Elizabethton city leaders are determined to bring the ultimate rafting, kayaking, and canoeing experience to Carter County with the Surf Betsy project.
Surf Betsy is trying to establish a whitewater park somewhere along the rivers that flow through Elizabethton. The Doe and Watauga can be enhanced to further the enjoyment of rafters and kayakers, creating a tourist draw. Many people are not aware of the economic impact which could be derived from such a project.
Northeast Tennessee is already well known for its outdoor recreational opportunities. Camping, lakes, fishing, hiking, and rafting all help the local economy. These are augmented by the parks and recreation departments that help develop greenways, parks, and trails and suitable restroom facilities along their routes. Such casual tourism brings business to restaurants and other local shops.
The design of a whitewater park can be very complex. It requires a community centered approach, strategic thinking, and financial planning. It’s a straightforward process that requires careful execution.
COVERED BRIDGE PARK UPGRADES
Another project approved this year and perhaps will see action in 2022 is upgrades to the Covered Bridge Park in Elizabethton. Just recently the City received a $500,00 grant from the state for improvements and upgrades to the park, which will include a new pavilion, restrooms, lighting and landscaping. The City will provide the matching funds for the $1 million project.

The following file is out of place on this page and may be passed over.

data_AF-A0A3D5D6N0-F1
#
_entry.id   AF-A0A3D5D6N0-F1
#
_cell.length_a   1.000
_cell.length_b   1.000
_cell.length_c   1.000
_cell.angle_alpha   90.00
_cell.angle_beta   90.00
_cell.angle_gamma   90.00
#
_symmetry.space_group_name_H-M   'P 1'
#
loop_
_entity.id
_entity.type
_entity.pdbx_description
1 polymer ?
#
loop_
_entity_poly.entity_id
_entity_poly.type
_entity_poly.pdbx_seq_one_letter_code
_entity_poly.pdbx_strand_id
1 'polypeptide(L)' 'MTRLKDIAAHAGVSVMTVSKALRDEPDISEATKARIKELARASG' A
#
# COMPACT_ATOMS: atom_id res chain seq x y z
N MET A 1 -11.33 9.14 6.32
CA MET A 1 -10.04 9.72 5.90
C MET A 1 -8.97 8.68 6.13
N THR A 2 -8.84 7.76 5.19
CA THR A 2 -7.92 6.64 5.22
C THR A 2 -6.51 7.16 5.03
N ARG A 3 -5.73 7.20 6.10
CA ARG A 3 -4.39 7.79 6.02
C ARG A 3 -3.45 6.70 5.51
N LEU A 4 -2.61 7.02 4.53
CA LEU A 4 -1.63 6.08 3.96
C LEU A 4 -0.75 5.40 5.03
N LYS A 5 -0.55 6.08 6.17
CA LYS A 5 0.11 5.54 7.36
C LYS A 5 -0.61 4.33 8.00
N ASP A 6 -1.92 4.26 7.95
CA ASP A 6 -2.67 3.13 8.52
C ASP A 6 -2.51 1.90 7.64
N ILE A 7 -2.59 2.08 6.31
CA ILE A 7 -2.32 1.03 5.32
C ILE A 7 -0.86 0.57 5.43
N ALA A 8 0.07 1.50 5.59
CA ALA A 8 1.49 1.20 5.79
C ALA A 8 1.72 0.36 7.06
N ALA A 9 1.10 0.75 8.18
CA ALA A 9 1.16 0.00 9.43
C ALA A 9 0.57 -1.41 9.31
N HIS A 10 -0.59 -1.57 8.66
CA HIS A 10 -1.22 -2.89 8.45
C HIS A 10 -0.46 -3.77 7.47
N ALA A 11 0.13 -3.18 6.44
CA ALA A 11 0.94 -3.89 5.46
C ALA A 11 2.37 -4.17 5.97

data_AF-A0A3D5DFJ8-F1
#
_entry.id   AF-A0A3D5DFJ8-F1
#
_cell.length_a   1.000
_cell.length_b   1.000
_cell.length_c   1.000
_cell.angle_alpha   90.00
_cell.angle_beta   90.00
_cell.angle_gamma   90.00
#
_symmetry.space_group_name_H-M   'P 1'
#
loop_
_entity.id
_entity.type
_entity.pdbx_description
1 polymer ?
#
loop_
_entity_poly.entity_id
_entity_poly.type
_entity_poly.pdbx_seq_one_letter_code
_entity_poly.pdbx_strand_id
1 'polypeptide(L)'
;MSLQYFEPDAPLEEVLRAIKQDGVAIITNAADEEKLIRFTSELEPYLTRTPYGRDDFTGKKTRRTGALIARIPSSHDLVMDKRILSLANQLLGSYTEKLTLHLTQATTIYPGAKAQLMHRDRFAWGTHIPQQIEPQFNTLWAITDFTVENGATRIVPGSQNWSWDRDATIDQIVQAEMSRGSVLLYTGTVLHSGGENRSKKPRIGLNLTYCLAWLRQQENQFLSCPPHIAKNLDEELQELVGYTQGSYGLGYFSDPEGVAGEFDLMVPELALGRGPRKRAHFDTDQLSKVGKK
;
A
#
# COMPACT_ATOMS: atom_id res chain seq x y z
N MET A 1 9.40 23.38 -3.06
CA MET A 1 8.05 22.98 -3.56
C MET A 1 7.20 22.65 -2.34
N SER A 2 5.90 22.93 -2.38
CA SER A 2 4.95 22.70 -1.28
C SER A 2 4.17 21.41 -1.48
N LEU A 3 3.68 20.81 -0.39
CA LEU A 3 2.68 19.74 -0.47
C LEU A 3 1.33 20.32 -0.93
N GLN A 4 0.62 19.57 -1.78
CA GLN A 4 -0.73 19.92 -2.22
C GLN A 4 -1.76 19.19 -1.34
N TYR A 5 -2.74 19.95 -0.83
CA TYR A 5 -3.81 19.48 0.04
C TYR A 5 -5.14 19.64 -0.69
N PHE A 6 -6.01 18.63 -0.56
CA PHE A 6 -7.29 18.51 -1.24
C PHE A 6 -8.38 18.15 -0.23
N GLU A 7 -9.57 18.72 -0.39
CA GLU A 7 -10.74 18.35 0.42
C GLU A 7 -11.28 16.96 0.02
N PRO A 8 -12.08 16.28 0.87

The park has already become known for its special events.
BROADBAND
In September the Carter County Commission approved millions of dollars in funding to help expand internet access in some of the county’s most rural districts.
Commissioners voted to spend $2.5 million on top of $600,000 that was already set aside for the project. The state will also provide more than $7 million. The county’s funds will come from the American Rescue Plan. The project will expand internet access in county Districts 1, 2, and 6.
SCHOOL CONSOLIDATION
The Carter County School Board took the initial steps toward consolidating some of its smaller elementary schools this year. In December they presented a proposal to the Carter County Commission to expand classroom space at Hunter Elementary School by about 64,000 square feet. The expansion is projected to cost $20 million.
School Supt. Tracy McAbee said it is hoped to break ground on the project in the spring, with construction taking about two-and-a-half years.
The proposed project would create the largest school in the county and allow for the closing of Keenburg and Unaka Elementary Schools.
Earlier in the year the board voted not to close any schools through at least the next academic year.
A vote on the matter came following a cost study conducted by a former state education official that suggested declining enrollment along with declining state funding recommended closing five schools over a three-year period to save on costs, which would have started with closing Little Milligan and Keenburg Elementary.
School consolidation has been something that has been kicked around for sometime by previous school boards, but the idea, not popular with local communities, never gained traction.
WORKFORCE DEVELOPMENT COMPLEX